ALH84001 gained international fame when scientists at NASA Johnson Space Center (JSC) announced in 1996 that it contained evidence of life – martian life. Miniscule structures within the meteorite looked similar to fossilized bacteria seen on Earth. A form of magnetite (iron oxide) was detected in the meteorite that, on Earth, is produced only within the bodies of certain bacteria. And researchers found unusual microscopic carbonate globules, which they believed were formed by living organisms.

Carbonates are common on Earth. England’s famous White Cliffs of Dover, for example, are made from calcium carbonate, or limestone. But the carbonates in ALH84001 were far from being common limestone. They were unique. Scientists had no way to tell where on Mars the meteorite had come from, or what its history had been prior to being thrown into interplanetary space. There was no way to know for certain how the carbonate globules had formed. But their unusual appearance, one of several distinctive features of the rock from another world, led the JSC researchers to conclude that living organisms had once made their home there.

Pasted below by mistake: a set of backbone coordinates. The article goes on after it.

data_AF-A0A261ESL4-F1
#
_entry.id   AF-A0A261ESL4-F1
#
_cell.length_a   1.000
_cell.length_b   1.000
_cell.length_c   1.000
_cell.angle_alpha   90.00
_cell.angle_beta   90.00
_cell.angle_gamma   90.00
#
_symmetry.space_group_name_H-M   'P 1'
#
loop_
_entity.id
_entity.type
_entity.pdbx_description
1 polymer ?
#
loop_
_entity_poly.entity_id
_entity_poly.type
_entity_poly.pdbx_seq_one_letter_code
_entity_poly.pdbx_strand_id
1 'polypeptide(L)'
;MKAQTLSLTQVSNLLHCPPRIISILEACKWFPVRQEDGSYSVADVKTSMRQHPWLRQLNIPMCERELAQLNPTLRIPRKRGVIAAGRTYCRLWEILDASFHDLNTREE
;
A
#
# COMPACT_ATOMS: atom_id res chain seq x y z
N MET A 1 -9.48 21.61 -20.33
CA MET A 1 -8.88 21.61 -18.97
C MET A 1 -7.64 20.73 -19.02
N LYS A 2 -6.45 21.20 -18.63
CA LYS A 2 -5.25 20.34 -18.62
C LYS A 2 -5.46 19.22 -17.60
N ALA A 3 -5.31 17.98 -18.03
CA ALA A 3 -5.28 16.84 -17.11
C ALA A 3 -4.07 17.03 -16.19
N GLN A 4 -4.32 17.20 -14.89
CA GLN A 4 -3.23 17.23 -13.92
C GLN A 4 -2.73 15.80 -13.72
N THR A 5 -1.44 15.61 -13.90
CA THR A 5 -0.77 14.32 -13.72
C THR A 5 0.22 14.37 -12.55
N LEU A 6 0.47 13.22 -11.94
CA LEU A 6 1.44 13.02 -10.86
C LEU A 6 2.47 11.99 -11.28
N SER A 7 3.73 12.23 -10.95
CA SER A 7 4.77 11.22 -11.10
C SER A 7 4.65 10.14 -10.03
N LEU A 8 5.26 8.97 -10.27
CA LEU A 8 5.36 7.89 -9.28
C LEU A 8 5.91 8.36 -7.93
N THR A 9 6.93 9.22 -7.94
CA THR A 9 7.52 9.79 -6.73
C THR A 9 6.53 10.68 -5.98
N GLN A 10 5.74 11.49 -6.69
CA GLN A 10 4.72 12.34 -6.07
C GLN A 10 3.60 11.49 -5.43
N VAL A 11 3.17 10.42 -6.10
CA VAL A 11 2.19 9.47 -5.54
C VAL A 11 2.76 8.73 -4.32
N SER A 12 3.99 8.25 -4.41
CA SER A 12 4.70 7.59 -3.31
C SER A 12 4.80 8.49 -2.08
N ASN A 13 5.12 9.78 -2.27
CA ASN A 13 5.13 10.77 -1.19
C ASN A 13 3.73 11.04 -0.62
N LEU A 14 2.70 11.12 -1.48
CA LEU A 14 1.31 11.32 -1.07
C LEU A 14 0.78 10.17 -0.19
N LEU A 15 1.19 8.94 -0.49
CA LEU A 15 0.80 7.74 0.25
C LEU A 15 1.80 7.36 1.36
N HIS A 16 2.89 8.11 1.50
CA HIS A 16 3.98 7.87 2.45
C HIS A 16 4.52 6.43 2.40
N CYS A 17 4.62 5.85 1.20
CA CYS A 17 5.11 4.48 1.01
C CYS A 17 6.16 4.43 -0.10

Members of the scientific team who made the original announcement still believe that ALH84001 contains evidence of martian life. Most researchers, however, now think that its various microscopic features can be explained purely by geologic and chemical processes. Recent discoveries made in Svalbard bolster the majority opinion.

The ALH Meteorite, about the size of a softball and one of more than two dozen Mars samples available for study on Earth today. [ALH84001] was found at Allen Hills, Antarctica.
Image Credit: NASA/ Johnson Space Center

Although the ALH84001 carbonate globules were novel at the time the meteorite was discovered, scientists have since discovered that rocks in Svalbard contain carbonate globules remarkably similar to those found in ALH84001. They were anxious to learn what they could about how the Svalbard carbonate globules formed. Researchers can only speculate about how the carbonate globules in ALH84001 formed, billions of years ago and millions of miles away. But in Svalbard, says Andrew Steele, "the geology’s in context."